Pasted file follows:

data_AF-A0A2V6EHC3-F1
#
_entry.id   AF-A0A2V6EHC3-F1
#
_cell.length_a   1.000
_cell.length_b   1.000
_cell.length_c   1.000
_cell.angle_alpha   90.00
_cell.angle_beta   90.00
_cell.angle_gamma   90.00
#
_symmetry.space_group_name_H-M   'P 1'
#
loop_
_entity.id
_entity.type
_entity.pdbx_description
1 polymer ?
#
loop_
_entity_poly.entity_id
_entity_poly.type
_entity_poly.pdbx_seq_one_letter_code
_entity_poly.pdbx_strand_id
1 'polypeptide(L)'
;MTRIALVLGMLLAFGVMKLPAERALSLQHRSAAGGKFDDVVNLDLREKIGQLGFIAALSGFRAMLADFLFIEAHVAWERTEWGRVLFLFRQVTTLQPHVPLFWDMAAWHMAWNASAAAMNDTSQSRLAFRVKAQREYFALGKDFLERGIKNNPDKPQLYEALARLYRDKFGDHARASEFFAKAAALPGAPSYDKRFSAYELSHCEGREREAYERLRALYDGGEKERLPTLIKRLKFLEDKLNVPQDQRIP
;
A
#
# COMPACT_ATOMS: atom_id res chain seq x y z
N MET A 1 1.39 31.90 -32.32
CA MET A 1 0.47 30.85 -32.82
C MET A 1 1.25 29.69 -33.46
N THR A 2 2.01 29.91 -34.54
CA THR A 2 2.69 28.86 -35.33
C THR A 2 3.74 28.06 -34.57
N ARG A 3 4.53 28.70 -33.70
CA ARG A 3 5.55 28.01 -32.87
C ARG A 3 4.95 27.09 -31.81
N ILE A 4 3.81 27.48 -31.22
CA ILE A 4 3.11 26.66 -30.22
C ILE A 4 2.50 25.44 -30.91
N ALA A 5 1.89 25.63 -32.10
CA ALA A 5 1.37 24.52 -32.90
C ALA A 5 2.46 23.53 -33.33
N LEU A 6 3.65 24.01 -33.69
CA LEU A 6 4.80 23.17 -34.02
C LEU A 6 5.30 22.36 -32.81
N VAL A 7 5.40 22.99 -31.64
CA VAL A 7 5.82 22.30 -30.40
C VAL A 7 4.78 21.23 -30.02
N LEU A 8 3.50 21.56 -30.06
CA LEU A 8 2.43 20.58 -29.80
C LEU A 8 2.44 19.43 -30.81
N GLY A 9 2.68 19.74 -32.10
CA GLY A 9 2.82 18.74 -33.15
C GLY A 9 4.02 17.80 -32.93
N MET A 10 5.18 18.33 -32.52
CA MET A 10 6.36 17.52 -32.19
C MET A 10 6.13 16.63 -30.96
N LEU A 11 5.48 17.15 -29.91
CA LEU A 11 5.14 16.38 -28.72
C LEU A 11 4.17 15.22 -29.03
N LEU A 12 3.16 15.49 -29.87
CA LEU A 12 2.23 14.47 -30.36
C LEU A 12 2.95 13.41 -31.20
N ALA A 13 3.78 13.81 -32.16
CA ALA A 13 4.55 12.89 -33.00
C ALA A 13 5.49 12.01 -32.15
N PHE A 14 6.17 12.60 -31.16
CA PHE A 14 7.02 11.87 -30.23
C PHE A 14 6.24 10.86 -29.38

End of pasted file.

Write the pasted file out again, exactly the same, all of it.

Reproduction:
data_AF-A0A2V6EHC3-F1
#
_entry.id   AF-A0A2V6EHC3-F1
#
_cell.length_a   1.000
_cell.length_b   1.000
_cell.length_c   1.000
_cell.angle_alpha   90.00
_cell.angle_beta   90.00
_cell.angle_gamma   90.00
#
_symmetry.space_group_name_H-M   'P 1'
#
loop_
_entity.id
_entity.type
_entity.pdbx_description
1 polymer ?
#
loop_
_entity_poly.entity_id
_entity_poly.type
_entity_poly.pdbx_seq_one_letter_code
_entity_poly.pdbx_strand_id
1 'polypeptide(L)'
;MTRIALVLGMLLAFGVMKLPAERALSLQHRSAAGGKFDDVVNLDLREKIGQLGFIAALSGFRAMLADFLFIEAHVAWERTEWGRVLFLFRQVTTLQPHVPLFWDMAAWHMAWNASAAAMNDTSQSRLAFRVKAQREYFALGKDFLERGIKNNPDKPQLYEALARLYRDKFGDHARASEFFAKAAALPGAPSYDKRFSAYELSHCEGREREAYERLRALYDGGEKERLPTLIKRLKFLEDKLNVPQDQRIP
;
A
#
# COMPACT_ATOMS: atom_id res chain seq x y z
N MET A 1 1.39 31.90 -32.32
CA MET A 1 0.47 30.85 -32.82
C MET A 1 1.25 29.69 -33.46
N THR A 2 2.01 29.91 -34.54
CA THR A 2 2.69 28.86 -35.33
C THR A 2 3.74 28.06 -34.57
N ARG A 3 4.53 28.70 -33.70
CA ARG A 3 5.55 28.01 -32.87
C ARG A 3 4.95 27.09 -31.81
N ILE A 4 3.81 27.48 -31.22
CA ILE A 4 3.11 26.66 -30.22
C ILE A 4 2.50 25.44 -30.91
N ALA A 5 1.89 25.63 -32.10
CA ALA A 5 1.37 24.52 -32.90
C ALA A 5 2.46 23.53 -33.33
N LEU A 6 3.65 24.01 -33.69
CA LEU A 6 4.80 23.17 -34.02
C LEU A 6 5.30 22.36 -32.81
N VAL A 7 5.40 22.99 -31.64
CA VAL A 7 5.82 22.30 -30.40
C VAL A 7 4.78 21.23 -30.02
N LEU A 8 3.50 21.56 -30.06
CA LEU A 8 2.43 20.58 -29.80
C LEU A 8 2.44 19.43 -30.81
N GLY A 9 2.68 19.74 -32.10
CA GLY A 9 2.82 18.74 -33.15
C GLY A 9 4.02 17.80 -32.93
N MET A 10 5.18 18.33 -32.52
CA MET A 10 6.36 17.52 -32.19
C MET A 10 6.13 16.63 -30.96
N LEU A 11 5.48 17.15 -29.91
CA LEU A 11 5.14 16.38 -28.72
C LEU A 11 4.17 15.22 -29.03
N LEU A 12 3.16 15.49 -29.87
CA LEU A 12 2.23 14.47 -30.36
C LEU A 12 2.95 13.41 -31.20
N ALA A 13 3.78 13.81 -32.16
CA ALA A 13 4.55 12.89 -33.00
C ALA A 13 5.49 12.01 -32.15
N PHE A 14 6.17 12.60 -31.16
CA PHE A 14 7.02 11.87 -30.23
C PHE A 14 6.24 10.86 -29.38